most consoles, the Wii keeps
track of your bowling scores,
tennis skill level, and even time
spent playing. It actually speaks
back to you, sending you emails
from characters in the games
and inviting you to connect your
Wii with your friends’ through
its built-in Wi-Fi.
The Wii’s friendly, interactive
approach has birthed a unique
user experience in the real life,
in-person “Wii party,” what one
blogger calls “Tupperware parties for dudes.” Did Nintendo
start this phenomenon for
promotion? Begun by users
and then latched onto by savvy
Nintendo marketers? Hard to
say. But the success of Wii parties as a grassroots, bottom-up
marketing tool is undeniable.
Evite.com even has a section
of specially designed Wii-party
invitations. After trying out
the system with their friends,
players become customers who
become brand champions.
A new genre of gaming,
alternate-reality games, or ARGs,
have attracted millions of players around the globe who work
collectively to solve puzzles,
find clues, and answer riddles.
ARGs have been used to promote
movies such as “Cloverfield”
and “Pirates of the Caribbean”
or a Nine Inch Nails’ release, but
ARGs don’t promote products
overtly. Key to the experience is
the denial from the top that the
games even exist, all the while
immersing players in a brand
experience that spills out from
their computer and into real life.
The 2001 ARG tied to the
Steven Spielberg movie “Artificial
Intelligence: AI” was one of the
first to inspire users to collaborate in online groups. Indeed,
the games are far too complex
to be solved alone, writes Jane
McGonigal, an ARG designer and
a Ph.D. scholar of play.
In the AI game, known as The
Beast, “players were also charged
with cracking complicated and
time-consuming puzzles that
variously required programming,
translating and hacking skills,
obscure knowledge of literature,
history and the arts, and brute
computing force,” McGonigal
writes. ARG players create their
own tribes around the game,
and by extension, the products
the game explores.
Play Means Serious Business
Recently, my partner and I met
with an intriguing young company. Though the principals
were in their 20s, they had just
secured their second round of
funding, had achieved a respectable level of sales, and were
growing according to plan—a
success story in the making.
In terms of the product strategy, marketing, and business
model, they hired only the foremost experts in their field to
mentor them. Down to the pixel,
their website had every usable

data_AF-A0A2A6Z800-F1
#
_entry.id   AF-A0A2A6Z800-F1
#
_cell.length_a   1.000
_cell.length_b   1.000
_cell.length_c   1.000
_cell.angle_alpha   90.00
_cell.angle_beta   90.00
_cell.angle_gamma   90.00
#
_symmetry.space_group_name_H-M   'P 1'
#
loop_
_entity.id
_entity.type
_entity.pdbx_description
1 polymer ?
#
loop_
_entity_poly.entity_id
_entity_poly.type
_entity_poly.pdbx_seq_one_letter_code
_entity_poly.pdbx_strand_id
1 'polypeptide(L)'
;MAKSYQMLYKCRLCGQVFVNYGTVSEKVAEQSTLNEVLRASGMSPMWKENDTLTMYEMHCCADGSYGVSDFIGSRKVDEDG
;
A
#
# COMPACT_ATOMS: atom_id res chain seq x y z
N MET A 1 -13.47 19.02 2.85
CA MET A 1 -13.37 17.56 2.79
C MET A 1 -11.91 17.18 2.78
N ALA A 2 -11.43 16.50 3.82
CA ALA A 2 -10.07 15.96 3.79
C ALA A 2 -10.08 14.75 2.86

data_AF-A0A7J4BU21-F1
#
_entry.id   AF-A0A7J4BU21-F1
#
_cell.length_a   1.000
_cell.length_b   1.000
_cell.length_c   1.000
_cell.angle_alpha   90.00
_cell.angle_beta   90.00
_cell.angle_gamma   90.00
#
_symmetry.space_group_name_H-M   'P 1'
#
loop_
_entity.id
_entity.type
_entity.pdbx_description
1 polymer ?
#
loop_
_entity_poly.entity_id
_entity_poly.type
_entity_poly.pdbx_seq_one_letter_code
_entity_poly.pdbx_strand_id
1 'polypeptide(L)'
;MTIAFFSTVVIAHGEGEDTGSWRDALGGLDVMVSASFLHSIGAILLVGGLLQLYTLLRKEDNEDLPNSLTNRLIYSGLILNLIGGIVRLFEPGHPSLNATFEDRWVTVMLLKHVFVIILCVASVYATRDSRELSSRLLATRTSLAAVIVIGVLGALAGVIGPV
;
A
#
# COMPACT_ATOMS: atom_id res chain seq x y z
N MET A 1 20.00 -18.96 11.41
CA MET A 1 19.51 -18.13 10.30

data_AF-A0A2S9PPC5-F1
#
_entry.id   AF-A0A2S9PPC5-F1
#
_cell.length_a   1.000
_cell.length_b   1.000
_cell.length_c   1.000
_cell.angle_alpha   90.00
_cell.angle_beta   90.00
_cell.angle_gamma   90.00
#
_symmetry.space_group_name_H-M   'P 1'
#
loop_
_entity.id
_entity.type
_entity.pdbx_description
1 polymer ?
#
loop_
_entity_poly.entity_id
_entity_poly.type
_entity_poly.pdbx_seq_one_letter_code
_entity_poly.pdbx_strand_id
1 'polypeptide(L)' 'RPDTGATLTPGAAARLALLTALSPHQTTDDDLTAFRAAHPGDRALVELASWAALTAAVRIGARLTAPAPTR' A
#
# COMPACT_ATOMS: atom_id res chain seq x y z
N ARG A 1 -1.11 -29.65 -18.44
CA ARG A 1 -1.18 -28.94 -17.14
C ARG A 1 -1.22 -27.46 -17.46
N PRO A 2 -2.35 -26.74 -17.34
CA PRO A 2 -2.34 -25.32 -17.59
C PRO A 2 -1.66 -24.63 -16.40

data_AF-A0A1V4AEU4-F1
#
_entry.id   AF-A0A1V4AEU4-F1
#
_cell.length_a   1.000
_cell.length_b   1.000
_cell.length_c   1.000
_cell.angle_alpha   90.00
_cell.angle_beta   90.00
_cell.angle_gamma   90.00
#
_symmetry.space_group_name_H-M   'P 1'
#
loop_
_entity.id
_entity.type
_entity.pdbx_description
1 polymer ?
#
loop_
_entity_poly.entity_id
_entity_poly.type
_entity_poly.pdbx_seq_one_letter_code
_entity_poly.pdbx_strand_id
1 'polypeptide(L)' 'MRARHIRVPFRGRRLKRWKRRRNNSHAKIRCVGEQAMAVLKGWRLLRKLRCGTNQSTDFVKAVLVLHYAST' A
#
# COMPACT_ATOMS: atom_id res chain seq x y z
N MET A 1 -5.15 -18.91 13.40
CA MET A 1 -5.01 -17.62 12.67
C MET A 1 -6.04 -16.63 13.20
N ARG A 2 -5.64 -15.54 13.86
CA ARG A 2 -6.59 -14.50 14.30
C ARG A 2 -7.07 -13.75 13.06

feature, gave them credibility
by quoting third-party “expert”
endorsements, and featured all
the other best practices that
have been proven to work.
They forgot one key ingredient: Their brand platform was
devoid of engagement, lacking a
level of play that resonates with
Companies that invite us to
play invite us to make their
offerings our own, and then we
buy and “tell a friend” about
it. Perhaps we even syndicate
it on Digg or back to Facebook.
Increasingly, such endorsements
drive the choices buyers make.
When you let your audience
play with your brand, they
become part of it. They volunteer
for your army. They recommend your product or service.
Play is now an imperative for
companies wanting to lead. The
interactive marketers at my firm
are working to help those twen-tysomething entrepreneurs and
other, older clients discover their
own inner sense of play and how
it relates to them, their brand,
and their customers.
Since we could first interact
with the world as babes, we’ve
known how to play to learn
and develop. Grownups need to
rediscover that sense and know
that it’s okay—no, necessary—to
play in business, if the business wants to keep learning and
developing. For a company to
become an icon, and thus reach
its market potential, our global
culture demands playfulness.
I just compared movie tastes
on Facebook with a senior vice
president from a major lending institution, a former client.
Another friend—a venture capitalist—turned me into a vampire, then sent me a private post.
He is ready to play, and that
could mean serious business.
ABOUT ThE AUThOr
Michael Graber is the
managing director of the
Southern Growth Studio, a
product-innovation firm. He
has worked with Fortune 500 companies
and startups in various roles: information
architecture, brand strategist, and innovation director. At the Studio, Graber leads clients through innovation implementations
and brand transformations, and validates
product concepts from both user-experience and business-model perspectives.
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July + August 2008